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Can Anxiety Cause Shortness of Breath?



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By : Jon Mercer    99 or more times read
Submitted 2009-07-10 20:21:30
One of the most common anxiety symptoms is tightness in the chest or shortness of breath. It is well documented that anxiety can sometimes cause hyperventilation which results in shortness of breath and asthma-like symptoms. There's also speculation that chronic stress and anxiety can cause the sufferer to unknowingly tighten up muscles in the stomach, back and chest, which lead to a tight feeling in the chest or shallow breathing.

But it is important to remember that shortness of breath can also be a symptom of many physical ailments, including asthma, heart problems, pneumonia, bronchitis and emphysema. So even if an individual suspects they have anxiety-related shortness of breath, it is important to always see a doctor first, especially if the symptoms are severe or causes lightheadedness, dizziness, discoloration of the face or lips, or numbness/ tingling sensation in the fingers or toes. These can be signs of a more serious pulmonary disorder and should be treated by a doctor immediately.

If a doctor has ruled out any physical cause for the shortness of breath, there is a good chance the discomfort is caused by anxiety or chronic stress. It is not uncommon for anxious or depressed individuals to unknowingly begin "over-breathing," which results in taking in an excess of oxygen, and a failure to properly exhale carbon dioxide from the lungs. This is the phenomenon usually referred to as hyperventilation, and it is most often characterized by short, shallow breaths.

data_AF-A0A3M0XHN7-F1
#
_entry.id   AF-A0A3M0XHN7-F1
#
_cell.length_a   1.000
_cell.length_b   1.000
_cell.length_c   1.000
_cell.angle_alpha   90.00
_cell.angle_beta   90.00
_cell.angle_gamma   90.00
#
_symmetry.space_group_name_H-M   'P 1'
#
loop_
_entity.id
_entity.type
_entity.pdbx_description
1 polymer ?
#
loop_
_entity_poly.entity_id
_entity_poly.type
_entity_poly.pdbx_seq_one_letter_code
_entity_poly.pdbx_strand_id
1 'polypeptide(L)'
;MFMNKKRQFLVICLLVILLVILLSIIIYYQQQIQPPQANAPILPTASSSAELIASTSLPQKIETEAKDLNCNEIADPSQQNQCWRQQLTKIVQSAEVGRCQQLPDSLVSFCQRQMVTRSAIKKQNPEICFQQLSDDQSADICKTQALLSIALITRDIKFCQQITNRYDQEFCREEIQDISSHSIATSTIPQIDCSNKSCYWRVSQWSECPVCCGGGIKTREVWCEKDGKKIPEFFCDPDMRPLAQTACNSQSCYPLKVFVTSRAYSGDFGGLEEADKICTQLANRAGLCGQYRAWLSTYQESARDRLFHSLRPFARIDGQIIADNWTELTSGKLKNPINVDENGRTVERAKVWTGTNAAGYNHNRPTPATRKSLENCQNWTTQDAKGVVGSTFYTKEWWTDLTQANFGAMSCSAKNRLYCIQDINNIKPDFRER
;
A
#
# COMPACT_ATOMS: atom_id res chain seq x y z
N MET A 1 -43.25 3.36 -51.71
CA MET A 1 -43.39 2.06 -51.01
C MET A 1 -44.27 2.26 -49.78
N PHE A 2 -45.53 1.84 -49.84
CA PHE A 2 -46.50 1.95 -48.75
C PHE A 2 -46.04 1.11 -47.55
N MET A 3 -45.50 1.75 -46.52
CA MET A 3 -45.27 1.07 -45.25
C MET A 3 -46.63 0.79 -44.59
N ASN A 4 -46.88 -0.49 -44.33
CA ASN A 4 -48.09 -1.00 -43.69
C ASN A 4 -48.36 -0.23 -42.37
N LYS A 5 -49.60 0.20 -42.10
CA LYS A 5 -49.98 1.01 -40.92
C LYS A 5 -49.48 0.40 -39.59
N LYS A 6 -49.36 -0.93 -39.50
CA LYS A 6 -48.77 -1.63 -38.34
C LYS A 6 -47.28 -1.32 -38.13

Hyperventilation is relatively common and has long been associated with panic attacks, but it can also be the result of ongoing generalized anxiety and stress. We've all seen the old home remedy of breathing into a paper bag to help restore calm to an individual suffering with shortness of breath caused by hyperventilation. The paper bag technique forces the individual to take in more carbon dioxide and less oxygen. And there is some evidence that, when used sparingly, the paper bag technique can help restore normal breathing and offset the effect of "over-breathing" that can cause hyperventilation.

Some anxiety sufferers have also had good results by using breathing exercises from yoga or tai chi to eliminate anxiety-related shortness of breath. These disciplines teach a controlled method of breathing, which ensures that the individual empties the lungs completely when exhaling. This type of breathing is associated with a calmer, more relaxed state of mind, and can significantly help in controlling panic or anxiety attacks, especially those that include breathing symptoms such as shortness of breath or hyperventilation.

Other techniques that have been found effective against shortness of breath caused by anxiety include guided visualization, meditation, and even hypnosis. Additionally, refraining from using nicotine, caffeine and other stimulants is recommended in practically all cases of anxiety or panic attacks. The use of stimulants can increase the likelihood of experiencing shortness of breath anxiety symptoms. On the other hand, herbal teas such as chamomile and peppermint are sometimes used to calm the nerves, and are said to promote more relaxed, healthy breathing.

Keep in mind though, any time an individual experiences shortness of breath it is imperative to see a doctor right away. While shortness of breath is a relatively common anxiety symptom, it can also be attributable to more serious physical illnesses. Only a doctor can determine for certain if the breathing difficulty is caused by anxiety, or something more serious.
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